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Cell Counting 101 – The Hemacytometer

The hemocytometer is a device originally designed for the counting of blood cells and is now also used to count other types as well as other microscopic particles.

The hemocytometer was invented by Louis-Charles Malassez and consists of a thick glass microscope slide with a rectangular indentation that creates a chamber. This chamber is engraved with a laser-etched grid of perpendicular lines. The device is carefully crafted so that the area bounded by the lines is known, and the depth of the chamber is also known. It is therefore possible to count the number of cells or particles in a specific volume of fluid, and thereby calculate the concentration of cells in the fluid overall.


The ruled area of the hemocytometer consists of several, large, 1 x 1 mm (1 mm2) squares. These are subdivided in 3 ways; 0.25 x 0.25 mm (0.0625 mm2), 0.25 x 0.20 mm (0.05 mm2) and 0.20 x 0.20 mm (0.04 mm2). The central, 0.20 x 0.20 mm marked, 1 x 1 mm square is further subdivided into 0.05 x 0.05 mm (0.0025 mm2) squares. The raised edges of the hemocytometer hold the coverslip 0.1 mm off the marked grid. This gives each square a defined volume.

Dimensions Area Volume at 0.1mm depth
1 x 1 mm 1 mm2 100 nl
0.25 mm x 0.25 mm 0.0625 mm2 6.25 nl
0.25 mm x 0.20 mm 0.05 mm2 5 nl
0.20 mm x 0.20 mm 0.04 mm2 4 nl
0.05 mm x 0.05 mm 0.0025 mm2 0.25 nl


The cell-sized structures counted lie between the middle of the three lines on the top and right of the square and the inner of the three lines on the bottom and left of the square.  In an improved Neubauer hemocytometer (common medium), the total number of cells per ml can be discovered by simply multiplying the total number of cells found in the hemocytometer grid (area equal to the redsquare in picture on right) by 104 (10000).


Ensure that the special coverslip provided with the counting chamber (thicker than standard coverslips and with a certified flattness) is properly positioned on the surface of the counting chamber. When the two glass surfaces are in proper contact Newton’s rings can be observed. If so, the cell suspension is applied to the edge of the coverslip to be sucked into the void by capillary action which completely fills the chamber with the sample. Looking at the chamber through a microscope, the number of cells in the chamber can be determined by counting. Different kinds of cells can be counted separately as long as they are visually distinguishable. The number of cells in the chamber is used to calculate the concentration or density of the cells in the mixture the sample comes from. It is the number of cells in the chamber divided by the chamber’s volume (the chamber’s volume is known from the start), taking account of any dilutions and counting shortcuts:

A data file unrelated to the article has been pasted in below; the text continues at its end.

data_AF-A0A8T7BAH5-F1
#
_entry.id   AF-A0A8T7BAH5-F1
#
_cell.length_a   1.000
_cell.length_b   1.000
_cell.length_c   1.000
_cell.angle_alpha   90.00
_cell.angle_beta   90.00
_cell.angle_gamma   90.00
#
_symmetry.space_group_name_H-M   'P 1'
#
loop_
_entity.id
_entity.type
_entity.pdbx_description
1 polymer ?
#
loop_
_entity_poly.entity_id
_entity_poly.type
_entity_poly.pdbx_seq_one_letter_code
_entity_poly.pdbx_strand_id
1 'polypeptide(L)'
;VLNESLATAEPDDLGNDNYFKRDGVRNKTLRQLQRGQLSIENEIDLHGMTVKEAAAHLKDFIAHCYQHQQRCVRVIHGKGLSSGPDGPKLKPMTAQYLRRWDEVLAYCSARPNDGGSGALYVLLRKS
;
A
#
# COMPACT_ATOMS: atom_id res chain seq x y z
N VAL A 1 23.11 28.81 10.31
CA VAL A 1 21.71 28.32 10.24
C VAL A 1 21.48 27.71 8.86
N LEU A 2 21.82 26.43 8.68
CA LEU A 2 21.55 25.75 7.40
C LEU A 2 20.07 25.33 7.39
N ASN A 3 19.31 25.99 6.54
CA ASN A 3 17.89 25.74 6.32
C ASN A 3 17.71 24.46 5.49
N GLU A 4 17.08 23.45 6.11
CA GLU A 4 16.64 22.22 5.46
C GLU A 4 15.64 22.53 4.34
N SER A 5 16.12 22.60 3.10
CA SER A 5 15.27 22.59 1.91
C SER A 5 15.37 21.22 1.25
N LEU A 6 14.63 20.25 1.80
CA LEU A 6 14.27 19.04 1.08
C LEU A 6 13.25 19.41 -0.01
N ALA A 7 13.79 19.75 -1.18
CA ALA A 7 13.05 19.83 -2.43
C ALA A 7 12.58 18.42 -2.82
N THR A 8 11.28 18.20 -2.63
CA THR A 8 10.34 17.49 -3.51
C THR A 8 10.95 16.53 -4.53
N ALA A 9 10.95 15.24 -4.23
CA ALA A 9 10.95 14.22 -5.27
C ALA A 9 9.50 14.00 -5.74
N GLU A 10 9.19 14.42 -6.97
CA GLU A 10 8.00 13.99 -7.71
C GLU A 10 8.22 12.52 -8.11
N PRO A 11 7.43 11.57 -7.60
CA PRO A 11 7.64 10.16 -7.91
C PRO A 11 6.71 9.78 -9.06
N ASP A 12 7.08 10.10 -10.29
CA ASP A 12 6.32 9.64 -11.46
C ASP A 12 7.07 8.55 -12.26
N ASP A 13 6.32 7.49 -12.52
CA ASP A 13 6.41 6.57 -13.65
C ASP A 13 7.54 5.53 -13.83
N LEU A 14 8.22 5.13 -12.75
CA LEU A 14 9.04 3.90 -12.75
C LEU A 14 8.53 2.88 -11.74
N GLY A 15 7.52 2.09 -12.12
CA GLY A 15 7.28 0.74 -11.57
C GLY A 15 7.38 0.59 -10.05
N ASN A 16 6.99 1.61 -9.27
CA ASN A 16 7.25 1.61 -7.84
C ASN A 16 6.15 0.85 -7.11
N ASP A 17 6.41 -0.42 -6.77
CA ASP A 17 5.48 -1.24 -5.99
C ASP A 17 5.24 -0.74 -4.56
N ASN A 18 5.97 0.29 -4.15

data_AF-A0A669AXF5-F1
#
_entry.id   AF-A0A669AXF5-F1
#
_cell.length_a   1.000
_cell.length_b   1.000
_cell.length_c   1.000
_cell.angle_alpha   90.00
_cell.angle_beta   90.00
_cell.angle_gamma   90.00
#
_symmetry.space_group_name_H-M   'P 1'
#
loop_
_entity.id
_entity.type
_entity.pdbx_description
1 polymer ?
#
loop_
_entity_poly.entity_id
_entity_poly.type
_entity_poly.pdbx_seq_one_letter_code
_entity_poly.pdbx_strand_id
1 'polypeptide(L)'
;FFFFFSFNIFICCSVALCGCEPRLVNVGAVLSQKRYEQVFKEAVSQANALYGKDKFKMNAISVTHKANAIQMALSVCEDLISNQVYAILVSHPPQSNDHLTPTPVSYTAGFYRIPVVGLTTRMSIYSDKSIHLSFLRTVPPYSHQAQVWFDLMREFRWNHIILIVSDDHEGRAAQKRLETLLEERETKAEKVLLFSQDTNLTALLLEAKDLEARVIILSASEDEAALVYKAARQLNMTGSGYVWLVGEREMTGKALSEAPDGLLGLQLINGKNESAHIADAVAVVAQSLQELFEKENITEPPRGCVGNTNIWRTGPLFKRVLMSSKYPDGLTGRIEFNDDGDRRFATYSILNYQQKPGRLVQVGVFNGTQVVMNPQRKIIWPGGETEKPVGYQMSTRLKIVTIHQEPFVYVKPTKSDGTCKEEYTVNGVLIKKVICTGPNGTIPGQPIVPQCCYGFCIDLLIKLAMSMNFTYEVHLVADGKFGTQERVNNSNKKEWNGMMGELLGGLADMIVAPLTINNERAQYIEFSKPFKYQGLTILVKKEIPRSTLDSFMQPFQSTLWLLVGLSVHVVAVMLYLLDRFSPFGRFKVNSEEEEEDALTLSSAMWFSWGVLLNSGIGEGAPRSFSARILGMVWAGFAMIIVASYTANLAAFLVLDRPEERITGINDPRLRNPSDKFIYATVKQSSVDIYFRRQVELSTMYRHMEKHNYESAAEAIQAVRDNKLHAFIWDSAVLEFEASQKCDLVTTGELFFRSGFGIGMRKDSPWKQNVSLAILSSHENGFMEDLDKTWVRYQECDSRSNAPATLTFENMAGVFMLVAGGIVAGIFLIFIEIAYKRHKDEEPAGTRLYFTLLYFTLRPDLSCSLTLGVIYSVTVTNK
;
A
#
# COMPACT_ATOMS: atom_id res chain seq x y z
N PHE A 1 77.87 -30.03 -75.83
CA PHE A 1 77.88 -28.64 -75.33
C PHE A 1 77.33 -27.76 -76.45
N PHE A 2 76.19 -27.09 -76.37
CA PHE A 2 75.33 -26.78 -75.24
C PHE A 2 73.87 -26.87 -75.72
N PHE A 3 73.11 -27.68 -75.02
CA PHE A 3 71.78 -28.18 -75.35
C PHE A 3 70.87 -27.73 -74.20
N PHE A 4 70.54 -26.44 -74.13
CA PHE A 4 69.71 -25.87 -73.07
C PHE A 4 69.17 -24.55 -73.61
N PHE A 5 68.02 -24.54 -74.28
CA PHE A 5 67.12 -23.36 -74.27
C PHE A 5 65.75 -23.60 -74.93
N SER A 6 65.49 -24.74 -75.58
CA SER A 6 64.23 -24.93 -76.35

In the most common design, the volume of each large square (made up from 4×4 green squares in the picture) is 0.1 mm3. The cells in four large (red in figure above) squares are counted and cells over or touching the lines on top and on the left are counted, but cells over or touching the right or bottom lines are ignored. The concentration in cells per ml = cells in four red, large squares/4 × 10,000.[1]

Hemocytometers are often used to count blood corpuscles, organelles within cells, blood cells in cerebrospinal fluid after performing a lumbar puncture, or other cell types in suspension. Anchorage-dependent cells can also be counted if subjected to trypsinization prior to counting. Using a special hemocytometer with a depth of 0.02mm smaller particles such as sperm, yeast or bacteria can be counted. Using the ruling described above the volumes are only 1/5 compared to the standard 0.1mm deep chamber. As it is difficult to distinguish between living and dead organisms unless particular stains are used to distinguish viable from non-viable cells this results in a ‘total count’ of the bacteria. In case of bigger cells the number of dead (permeabilised) cells in the sample can be obtained by adding Trypan blue. Fluorescent dyes give better discrimination particularly when looking at bacteria.

A common mistake is to add the sample to the counting chamber before adding the cover glass. This risks that the cells could sediment / stick to the glass or some volume to evaporate before the coverslip is placed on top resulting in an overestimation of the cell concentration. Sedimentation is less of a problem with bacteria but evaporation has to be kept to a minimum


  • The original suspension must be mixed thoroughly before taking a sample. This ensures the sample is representative, and not just an artifact of the particular region of the original mixture it was drawn from.
  • An appropriate dilution of the mixture with regard to the number of cells to be counted should be used. If the sample is not diluted enough, the cells will be too crowded and difficult to count. If it is too dilute, the sample size will not be enough to make strong inferences about the concentration in the original mixture.
  • By performing a redundant test on a second chamber, the results can be compared. If they differ greatly, the method of taking the sample may be unreliable (e.g., the original mixture is not mixed thoroughly).


^ Strober W (2001). “Monitoring cell growth”. In Coligan JE, Bierer BE, Margulies DH, Sherach EM, Strober W. Current Protocols in Immunology5. USA: John Wiley & Sons. p. A.2A.1.DOI:10.1002/0471142735.ima03as21.

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This article is distributed under the Creative Commons Attribution/Share-Alike License. For information on the contributors, please see the original Wikipedia article.  It has been adapted and modified for commercial use by New England BioGroup, LLC under the Creative Commons Legal Code (Full License).


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